LOS ANGELES – Michigan State should not hang out with a Ohio State team on November 21, 2015, but the Spartans have more than just left hanging. Mark Dantonio's team was annoyed with the Buckeyes and handed the defending champions the first outage of the season to end hopes of a repeat.
After this game, Urban Meyer said in a speech that Isaiah Prince is the boss's best boss during his four years in the state of Ohio. Since everyone was downstairs, someone had to gather the team, and Meyer did just that.
"We were just angry," Prince said Saturday. "It was such a talented team. Michael Thomas, Ezekiel Elliott, J.T. Barrett, Braxton Miller. We had some really good players and we disappointed them. We came too short. We lost this game. We should not have lost. This anger was brought north to Ann Arbor the following week. Watching the boys play was crazy. "
The week following the Michigan defeat, Ohio went to Ann Arbor, Michigan, and posted a 42-1
Ryan Day has never lost a game as a head coach.
Sure, he was an assistant trainer on Meyer's staff when Buckeyes dropped out of the games to Iowa and Purdue.
Earlier this season, he won three games as assistant head coach, but both scenarios are different from the one they are in. He'll have to face up when the state of Ohio loses its first game.
Catching up losses was a constant, unchanging topic during Meyer's tenure.
Every time the Buckeyes have lost since Meyer became coach before the 2012 season, they turned to him to take the lead, and he delivered what they needed. After each of their six regular-season losses under Meyer, they recovered five times in a row or finished the regular season without defeat.
Nobody knows exactly how a defeated team will react under Day. He is loved by his players, but he just does not have the experience to fully answer that question.
Meyer's victory drive is only outweighed by his urge not to lose. The outgoing head coach can not bear to finish a game with fewer points than his opponent. He said he might not have retired if the state of Ohio had not defeated Michigan in November. The headaches caused by stress have only increased in recent years. It is almost unhealthy how much he refuses to lose, but his players are noticeable in his drive.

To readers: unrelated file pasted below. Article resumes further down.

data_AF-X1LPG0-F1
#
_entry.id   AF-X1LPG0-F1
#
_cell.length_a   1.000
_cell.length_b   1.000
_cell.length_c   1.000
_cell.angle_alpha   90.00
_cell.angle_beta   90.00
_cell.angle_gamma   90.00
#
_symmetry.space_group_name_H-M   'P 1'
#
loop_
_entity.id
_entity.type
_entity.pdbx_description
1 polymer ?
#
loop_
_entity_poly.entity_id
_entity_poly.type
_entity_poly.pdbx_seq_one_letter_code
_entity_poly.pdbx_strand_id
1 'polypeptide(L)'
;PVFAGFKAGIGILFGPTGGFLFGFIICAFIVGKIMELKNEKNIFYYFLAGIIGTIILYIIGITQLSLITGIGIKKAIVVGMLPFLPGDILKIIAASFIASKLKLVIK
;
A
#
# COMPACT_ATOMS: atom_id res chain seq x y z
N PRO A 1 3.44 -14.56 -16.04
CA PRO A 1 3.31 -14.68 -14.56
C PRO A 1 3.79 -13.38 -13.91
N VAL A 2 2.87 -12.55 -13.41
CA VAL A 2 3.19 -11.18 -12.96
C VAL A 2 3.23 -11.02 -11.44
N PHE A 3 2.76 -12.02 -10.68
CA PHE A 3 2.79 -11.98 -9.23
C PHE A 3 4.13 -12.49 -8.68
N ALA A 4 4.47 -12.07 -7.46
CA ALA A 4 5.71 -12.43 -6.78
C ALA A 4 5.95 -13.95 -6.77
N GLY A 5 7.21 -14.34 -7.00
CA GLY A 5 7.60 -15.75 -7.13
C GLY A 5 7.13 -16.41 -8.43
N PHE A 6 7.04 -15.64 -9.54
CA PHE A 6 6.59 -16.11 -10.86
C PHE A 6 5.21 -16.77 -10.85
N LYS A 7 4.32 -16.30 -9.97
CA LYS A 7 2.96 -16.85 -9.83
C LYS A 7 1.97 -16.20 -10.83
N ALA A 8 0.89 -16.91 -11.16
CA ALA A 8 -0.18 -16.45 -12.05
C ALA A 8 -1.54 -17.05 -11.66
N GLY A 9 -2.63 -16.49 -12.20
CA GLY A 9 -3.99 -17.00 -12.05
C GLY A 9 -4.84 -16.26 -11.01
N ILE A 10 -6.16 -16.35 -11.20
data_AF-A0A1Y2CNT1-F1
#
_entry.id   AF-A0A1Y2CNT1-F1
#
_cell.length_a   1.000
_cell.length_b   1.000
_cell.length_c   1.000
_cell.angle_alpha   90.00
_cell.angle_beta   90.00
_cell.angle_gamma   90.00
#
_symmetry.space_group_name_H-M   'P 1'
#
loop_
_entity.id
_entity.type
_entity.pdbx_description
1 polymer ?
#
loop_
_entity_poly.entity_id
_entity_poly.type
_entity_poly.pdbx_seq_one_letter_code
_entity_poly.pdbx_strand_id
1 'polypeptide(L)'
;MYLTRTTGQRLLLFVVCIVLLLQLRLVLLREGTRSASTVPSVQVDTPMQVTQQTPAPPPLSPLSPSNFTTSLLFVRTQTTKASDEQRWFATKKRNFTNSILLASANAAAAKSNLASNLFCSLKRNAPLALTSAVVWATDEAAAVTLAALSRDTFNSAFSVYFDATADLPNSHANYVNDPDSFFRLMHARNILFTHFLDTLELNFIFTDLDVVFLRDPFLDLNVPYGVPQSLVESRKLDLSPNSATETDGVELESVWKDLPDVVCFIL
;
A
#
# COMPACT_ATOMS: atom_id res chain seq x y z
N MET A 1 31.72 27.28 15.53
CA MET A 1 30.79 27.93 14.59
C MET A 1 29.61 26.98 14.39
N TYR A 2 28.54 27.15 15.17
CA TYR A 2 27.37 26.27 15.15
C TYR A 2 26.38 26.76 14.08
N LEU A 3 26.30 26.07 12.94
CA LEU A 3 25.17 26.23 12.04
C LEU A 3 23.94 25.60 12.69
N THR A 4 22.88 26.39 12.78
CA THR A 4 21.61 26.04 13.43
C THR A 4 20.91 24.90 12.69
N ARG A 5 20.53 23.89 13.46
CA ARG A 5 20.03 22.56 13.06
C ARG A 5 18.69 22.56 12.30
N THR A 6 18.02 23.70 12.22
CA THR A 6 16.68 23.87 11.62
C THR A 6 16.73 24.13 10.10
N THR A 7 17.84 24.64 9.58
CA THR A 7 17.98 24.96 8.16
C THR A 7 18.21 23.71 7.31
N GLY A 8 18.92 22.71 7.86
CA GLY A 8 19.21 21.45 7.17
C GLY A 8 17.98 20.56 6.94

Day, who officially becomes Ohio head coach on Wednesday, must reach that point, although some of his players believe he's already there.
"We see it in practice during offensive periods, during the Boy Scout," K.J. Hill said. "If the offense does not go the way it should, it will be fine. He has this fire in him. He has this dog in him during the games as he talks to us, as he calls it. I definitely know he has it. "
J.K. Dobbins has learned that it's best not to make a mistake around Day.
"Feel something in practice or go the wrong way in practice, he's in the air," he said. "He is amazing."
Meyer, 54, began his coaching career in 1985, when Day, 39, was just 6 years old. He has been head coach for 17 seasons, longer than Day's 16-season coaching career and still has to be a head coach. The age gap of 15 years metastasizes in one of the players different performance.
"I feel like coach Meyer, he's kind of old-fashioned," Hill said. "Coach Day, he's a new school with it. The Coach Day may speak our language or something. "
Dobbins added, "I do not mean to sound weird, but I think he looks younger. He looks great. He does not look so stressed out. "
Dwayne Haskins, who spent the last three seasons with Meyer's team and the last two seasons with Day as quarterback coach, differentiated his ties with Ohio's two coaches. He said he has a "football relationship" with Day and an "emotional" and "leadership" relationship with Meyer.
As head coach, it will be difficult for Day to have these complicated football-specific relationships. Given his vast experience as quarterback coach, he will certainly continue to work in the position group, but he will also be responsible for the entire program.
These relationships with players may be more in the direction of the leadership and emotional ties that Haskins referred to as Meyer. Nevertheless, Day does not want to be a replica of his current boss.
"I think the guys appreciate me, and I'm who I am, and I will not try to be or be Urban Meyer," said Day. "I will not try to be another coach. I will just be myself. And I think they experienced that in the first three games of the season. "
These three games – victories over Oregon State, Rutgers, and TCU – were one of the main reasons Gene Smith felt comfortable adjusting Day, but they also did not show how he recovered from a loss.
His youthful energy quickly earned him the respect of Ohio State players. Does it have the same effect as Meyers if something goes wrong?
His players believe it, but listen in next fall to find out.